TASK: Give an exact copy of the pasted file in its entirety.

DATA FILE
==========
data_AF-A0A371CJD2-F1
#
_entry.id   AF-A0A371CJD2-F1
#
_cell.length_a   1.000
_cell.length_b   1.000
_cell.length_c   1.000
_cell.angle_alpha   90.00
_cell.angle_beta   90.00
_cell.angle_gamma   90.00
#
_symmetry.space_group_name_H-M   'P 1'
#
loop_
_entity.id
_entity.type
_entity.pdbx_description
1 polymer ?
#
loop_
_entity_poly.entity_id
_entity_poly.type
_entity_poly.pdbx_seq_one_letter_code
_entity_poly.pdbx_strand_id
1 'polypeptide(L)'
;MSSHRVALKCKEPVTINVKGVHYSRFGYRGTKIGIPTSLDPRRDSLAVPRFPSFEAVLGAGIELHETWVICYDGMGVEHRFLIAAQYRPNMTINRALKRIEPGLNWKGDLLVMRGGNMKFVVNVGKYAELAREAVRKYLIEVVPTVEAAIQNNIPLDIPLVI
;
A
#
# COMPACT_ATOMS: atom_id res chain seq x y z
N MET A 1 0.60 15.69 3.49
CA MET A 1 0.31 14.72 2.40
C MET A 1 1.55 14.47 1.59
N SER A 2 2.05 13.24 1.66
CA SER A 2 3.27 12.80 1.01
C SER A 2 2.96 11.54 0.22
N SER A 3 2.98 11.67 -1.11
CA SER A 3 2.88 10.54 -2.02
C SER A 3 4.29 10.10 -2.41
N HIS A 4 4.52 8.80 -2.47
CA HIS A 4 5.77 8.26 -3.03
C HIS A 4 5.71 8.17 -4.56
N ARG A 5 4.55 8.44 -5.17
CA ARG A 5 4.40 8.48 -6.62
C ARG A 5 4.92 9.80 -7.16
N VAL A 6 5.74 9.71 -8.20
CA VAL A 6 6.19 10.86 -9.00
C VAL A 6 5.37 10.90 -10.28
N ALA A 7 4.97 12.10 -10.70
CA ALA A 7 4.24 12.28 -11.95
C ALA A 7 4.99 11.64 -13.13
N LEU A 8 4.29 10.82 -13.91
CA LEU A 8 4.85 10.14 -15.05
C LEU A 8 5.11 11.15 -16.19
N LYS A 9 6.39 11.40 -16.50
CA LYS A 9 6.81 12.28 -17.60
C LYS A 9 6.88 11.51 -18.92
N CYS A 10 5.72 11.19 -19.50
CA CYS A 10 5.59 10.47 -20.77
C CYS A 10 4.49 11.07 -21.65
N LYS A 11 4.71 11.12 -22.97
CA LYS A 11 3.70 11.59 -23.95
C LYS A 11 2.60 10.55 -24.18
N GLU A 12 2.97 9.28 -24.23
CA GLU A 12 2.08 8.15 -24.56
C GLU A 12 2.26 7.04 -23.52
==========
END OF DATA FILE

data_AF-A0A371CJD2-F1
#
_entry.id   AF-A0A371CJD2-F1
#
_cell.length_a   1.000
_cell.length_b   1.000
_cell.length_c   1.000
_cell.angle_alpha   90.00
_cell.angle_beta   90.00
_cell.angle_gamma   90.00
#
_symmetry.space_group_name_H-M   'P 1'
#
loop_
_entity.id
_entity.type
_entity.pdbx_description
1 polymer ?
#
loop_
_entity_poly.entity_id
_entity_poly.type
_entity_poly.pdbx_seq_one_letter_code
_entity_poly.pdbx_strand_id
1 'polypeptide(L)'
;MSSHRVALKCKEPVTINVKGVHYSRFGYRGTKIGIPTSLDPRRDSLAVPRFPSFEAVLGAGIELHETWVICYDGMGVEHRFLIAAQYRPNMTINRALKRIEPGLNWKGDLLVMRGGNMKFVVNVGKYAELAREAVRKYLIEVVPTVEAAIQNNIPLDIPLVI
;
A
#
# COMPACT_ATOMS: atom_id res chain seq x y z
N MET A 1 0.60 15.69 3.49
CA MET A 1 0.31 14.72 2.40
C MET A 1 1.55 14.47 1.59
N SER A 2 2.05 13.24 1.66
CA SER A 2 3.27 12.80 1.01
C SER A 2 2.96 11.54 0.22
N SER A 3 2.98 11.67 -1.11
CA SER A 3 2.88 10.54 -2.02
C SER A 3 4.29 10.10 -2.41
N HIS A 4 4.52 8.80 -2.47
CA HIS A 4 5.77 8.26 -3.03
C HIS A 4 5.71 8.17 -4.56
N ARG A 5 4.55 8.44 -5.17
CA ARG A 5 4.40 8.48 -6.62
C ARG A 5 4.92 9.80 -7.16
N VAL A 6 5.74 9.71 -8.20
CA VAL A 6 6.19 10.86 -9.00
C VAL A 6 5.37 10.90 -10.28
N ALA A 7 4.97 12.10 -10.70
CA ALA A 7 4.24 12.28 -11.95
C ALA A 7 4.99 11.64 -13.13
N LEU A 8 4.29 10.82 -13.91
CA LEU A 8 4.85 10.14 -15.05
C LEU A 8 5.11 11.15 -16.19
N LYS A 9 6.39 11.40 -16.50
CA LYS A 9 6.81 12.28 -17.60
C LYS A 9 6.88 11.51 -18.92
N CYS A 10 5.72 11.19 -19.50
CA CYS A 10 5.59 10.47 -20.77
C CYS A 10 4.49 11.07 -21.65
N LYS A 11 4.71 11.12 -22.97
CA LYS A 11 3.70 11.59 -23.95
C LYS A 11 2.60 10.55 -24.18
N GLU A 12 2.97 9.28 -24.23
CA GLU A 12 2.08 8.15 -24.56
C GLU A 12 2.26 7.04 -23.52